FPC Board Gold Plating: The Ultimate Guide

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Oakley Mae

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Most electronic devices in the industry today use FPC board gold plating.

This method involves depositing a thin layer of gold on another material surface. 

Surprisingly, while gold is known for its shiny appearance and beauty, it contains several functional purposes and properties that make it ideal for use in electronics.

Generally, gold plating improves the FPC board’s electrical performance and reduces cases of corrosion.

Also, it improves the FPC material strength and durability. 

Please keep reading for more information on gold plating, including its uses, types, pros, and cons. Let’s get started. 

Table of Contents

What Is FPC Board Gold Plating

A blue gold-plated microchip PCB

(A blue gold-plated microchip PCB)

Gold plating involves having gold plates on other metal surfaces to enhance conductivity.

Also, it helps eliminate PCB corrosion cases on the vulnerable copper layer.

To implement this process, you create a gold plating solution with many gold ions.

Gold ions involve a gold atom without at least a single electron. 

The process is possible through electro-deposition, connecting gold to the anode.

Generally, the anode represents the positively charged electrode in the circuit.

Moreover, we connect the substrate to the cathode, which is the negatively charged circuit electrode.

Afterward, we immerse the two pieces into an electrolytic solution and apply a DC to the anode. 

Therefore, the gold atoms will oxidize and dissolve in the solution.

Consequently, these dissolved ions get reduced and deposited at the cathode substrate.

Surprisingly, the process creates a thin, uniform gold layer on the FPC substrate. 

Why Use Gold On FPC Boards?

Gold-plated computer memory connectors

(Gold-plated computer memory connectors)

We employ gold on flexible circuit boards over other options for the following reasons: 

  • Efficient electrical conductor: Gold is among the best conductors of electricity and thus works well when used on circuit boards. 
  • No corrosion: Other alternatives like copper and silver still conduct electricity effectively but rusts easily. Therefore, such metals will affect PCB efficiency. Besides gold being non-corrosive, it also eliminates cases of corrosion for the layer under it. 
  • High heat resistance: Gold has a high heat resistance that helps eliminate fire hazards.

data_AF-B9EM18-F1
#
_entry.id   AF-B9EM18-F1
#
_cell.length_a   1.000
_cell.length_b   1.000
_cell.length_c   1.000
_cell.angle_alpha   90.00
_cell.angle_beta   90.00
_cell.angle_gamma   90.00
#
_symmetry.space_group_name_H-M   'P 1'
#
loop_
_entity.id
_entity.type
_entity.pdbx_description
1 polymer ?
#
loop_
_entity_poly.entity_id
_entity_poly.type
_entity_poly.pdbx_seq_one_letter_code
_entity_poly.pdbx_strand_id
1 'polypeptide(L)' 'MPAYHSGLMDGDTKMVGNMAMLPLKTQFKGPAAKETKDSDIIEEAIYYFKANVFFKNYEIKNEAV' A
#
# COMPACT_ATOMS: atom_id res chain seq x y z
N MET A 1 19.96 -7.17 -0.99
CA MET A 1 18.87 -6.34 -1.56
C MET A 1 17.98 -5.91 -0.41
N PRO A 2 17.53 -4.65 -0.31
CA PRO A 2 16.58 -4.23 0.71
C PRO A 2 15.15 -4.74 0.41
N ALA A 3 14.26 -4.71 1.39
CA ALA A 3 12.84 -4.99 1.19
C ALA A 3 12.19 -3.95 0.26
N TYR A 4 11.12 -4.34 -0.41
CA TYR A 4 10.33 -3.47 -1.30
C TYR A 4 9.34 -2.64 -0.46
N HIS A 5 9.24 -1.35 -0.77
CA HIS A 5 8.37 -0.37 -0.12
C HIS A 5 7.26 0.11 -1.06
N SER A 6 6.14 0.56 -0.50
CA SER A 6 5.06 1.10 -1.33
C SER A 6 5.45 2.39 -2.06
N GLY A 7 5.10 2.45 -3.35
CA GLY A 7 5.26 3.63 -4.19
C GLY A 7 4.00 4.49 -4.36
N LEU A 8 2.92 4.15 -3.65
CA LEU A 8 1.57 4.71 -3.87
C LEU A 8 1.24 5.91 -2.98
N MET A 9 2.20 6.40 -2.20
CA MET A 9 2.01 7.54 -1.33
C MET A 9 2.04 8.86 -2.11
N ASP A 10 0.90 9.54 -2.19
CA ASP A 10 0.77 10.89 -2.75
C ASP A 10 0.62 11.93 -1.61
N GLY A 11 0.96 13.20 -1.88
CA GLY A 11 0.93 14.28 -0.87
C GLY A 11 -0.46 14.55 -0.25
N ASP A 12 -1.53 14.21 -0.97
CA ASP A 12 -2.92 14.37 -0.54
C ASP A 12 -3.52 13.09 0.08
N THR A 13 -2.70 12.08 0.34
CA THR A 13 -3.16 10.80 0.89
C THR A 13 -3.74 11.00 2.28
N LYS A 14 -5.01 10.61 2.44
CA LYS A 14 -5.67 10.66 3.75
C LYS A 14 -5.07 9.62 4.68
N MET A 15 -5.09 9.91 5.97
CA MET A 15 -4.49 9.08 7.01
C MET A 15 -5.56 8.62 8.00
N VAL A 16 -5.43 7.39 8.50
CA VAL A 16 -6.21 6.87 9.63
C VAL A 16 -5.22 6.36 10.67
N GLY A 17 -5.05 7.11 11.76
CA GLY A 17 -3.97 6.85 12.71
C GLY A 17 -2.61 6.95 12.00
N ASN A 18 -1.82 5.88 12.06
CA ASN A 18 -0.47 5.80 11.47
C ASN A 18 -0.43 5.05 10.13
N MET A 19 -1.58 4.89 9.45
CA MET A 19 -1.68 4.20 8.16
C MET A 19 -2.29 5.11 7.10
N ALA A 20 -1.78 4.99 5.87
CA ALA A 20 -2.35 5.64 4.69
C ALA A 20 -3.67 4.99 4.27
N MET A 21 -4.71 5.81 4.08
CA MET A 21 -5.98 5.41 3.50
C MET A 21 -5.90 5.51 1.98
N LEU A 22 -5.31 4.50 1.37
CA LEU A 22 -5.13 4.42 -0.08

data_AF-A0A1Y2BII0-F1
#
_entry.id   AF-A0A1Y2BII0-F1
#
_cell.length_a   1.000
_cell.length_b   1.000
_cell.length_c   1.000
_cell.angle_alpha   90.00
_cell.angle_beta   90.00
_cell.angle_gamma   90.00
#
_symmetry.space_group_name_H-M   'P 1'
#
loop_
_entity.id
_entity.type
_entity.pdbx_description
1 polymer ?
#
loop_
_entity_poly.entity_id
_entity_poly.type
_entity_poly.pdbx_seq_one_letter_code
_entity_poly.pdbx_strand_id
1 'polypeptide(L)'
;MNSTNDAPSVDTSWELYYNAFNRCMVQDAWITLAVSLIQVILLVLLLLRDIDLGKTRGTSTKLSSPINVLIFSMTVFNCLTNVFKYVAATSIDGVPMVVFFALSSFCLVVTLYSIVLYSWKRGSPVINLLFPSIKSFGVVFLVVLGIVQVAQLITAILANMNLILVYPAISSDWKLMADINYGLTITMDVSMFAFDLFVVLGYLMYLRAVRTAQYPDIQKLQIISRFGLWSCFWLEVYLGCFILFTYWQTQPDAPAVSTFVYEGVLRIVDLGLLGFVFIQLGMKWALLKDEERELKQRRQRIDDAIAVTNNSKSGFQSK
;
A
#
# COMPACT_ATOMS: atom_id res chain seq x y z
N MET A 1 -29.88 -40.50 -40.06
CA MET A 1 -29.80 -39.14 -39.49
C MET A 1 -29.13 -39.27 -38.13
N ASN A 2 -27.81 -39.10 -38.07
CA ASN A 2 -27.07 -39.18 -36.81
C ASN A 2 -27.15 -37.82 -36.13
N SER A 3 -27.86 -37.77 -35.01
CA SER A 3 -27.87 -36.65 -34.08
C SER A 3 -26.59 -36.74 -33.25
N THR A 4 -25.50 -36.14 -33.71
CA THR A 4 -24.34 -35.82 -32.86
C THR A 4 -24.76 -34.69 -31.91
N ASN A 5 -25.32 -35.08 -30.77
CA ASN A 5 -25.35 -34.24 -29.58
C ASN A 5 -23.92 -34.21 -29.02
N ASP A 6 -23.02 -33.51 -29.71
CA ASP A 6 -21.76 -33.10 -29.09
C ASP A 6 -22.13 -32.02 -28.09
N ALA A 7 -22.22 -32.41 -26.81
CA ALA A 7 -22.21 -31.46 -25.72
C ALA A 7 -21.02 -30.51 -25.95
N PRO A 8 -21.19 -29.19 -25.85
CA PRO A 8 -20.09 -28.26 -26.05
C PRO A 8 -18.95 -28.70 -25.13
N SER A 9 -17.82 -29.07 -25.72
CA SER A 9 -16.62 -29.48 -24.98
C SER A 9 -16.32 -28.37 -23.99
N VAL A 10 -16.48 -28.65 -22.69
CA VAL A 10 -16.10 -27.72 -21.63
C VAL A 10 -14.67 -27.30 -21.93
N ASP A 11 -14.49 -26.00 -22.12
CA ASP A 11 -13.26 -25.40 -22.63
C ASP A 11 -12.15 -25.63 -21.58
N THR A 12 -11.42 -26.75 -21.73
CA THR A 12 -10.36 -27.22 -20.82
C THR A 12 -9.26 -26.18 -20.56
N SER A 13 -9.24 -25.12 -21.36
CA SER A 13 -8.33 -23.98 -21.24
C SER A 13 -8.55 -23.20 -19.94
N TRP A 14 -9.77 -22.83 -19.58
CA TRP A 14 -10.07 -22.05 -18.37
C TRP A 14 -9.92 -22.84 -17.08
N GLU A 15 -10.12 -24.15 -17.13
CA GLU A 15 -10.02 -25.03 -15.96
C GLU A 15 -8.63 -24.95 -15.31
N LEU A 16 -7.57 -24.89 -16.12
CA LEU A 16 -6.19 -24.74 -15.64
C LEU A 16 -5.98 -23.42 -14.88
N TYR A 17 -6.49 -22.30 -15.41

• Reusable: With gold, you can easily melt and reuse it anytime you see fit. 
  • Flexible: Flexible circuit boards are electronics’ present and future. Not all surface finishes you use on FPC boards will support the flexibility. Fortunately, it will still keep the material highly flexible and efficient. 

Gold Plating Steps

A functional, flexible PCB

(A functional, flexible PCB)

The first step to gold plating is purchasing a reliable gold plating kit.

This kit will have a liquid gold solution, a plating brush, and an electrical supply.

However, depending on the type of material you wish to plate, you might require extra accessories and solutions. 

But generally, follow the following steps:

  • Preparation: First, ensure the surface you seek to plate has no dirt. We recommend sandblasting, polishing, stripping, and tumbling for most circuit boards. 
  • Cleansing and rinsing: After surface preparation, expose it to ultrasonic cleaning, electro-cleaning, or steaming. This deeper cleansing step guarantees your flexible PCB is ready for the following stages. Afterward, rinse with water to remove any residue. 
  • Strike layer: Apply a nickel buffer layer to the surface you wish to plate. Generally, it improves the bonding between the substrate and the plating material. 
  • Additional rinsing: After you have added the strike layer, rinse the board again. 
  • Base coating: Add a coating layer to the base material. We usually have multiple layers (gold, nickel, and copper) on a single substrate. 
  • Final coating: Submerge the board into a plating solution to attract gold ions. Surprisingly, this process should happen under controlled voltage and temperature. Furthermore, different metal types require unique voltages and temperatures. 
  • After finishing the final coating process, rinse the board and allow it to dry. 

Gold Plating Baths

A red gold-plated PCB

(A red gold-plated PCB)

You’ll come across three gold plating bath options: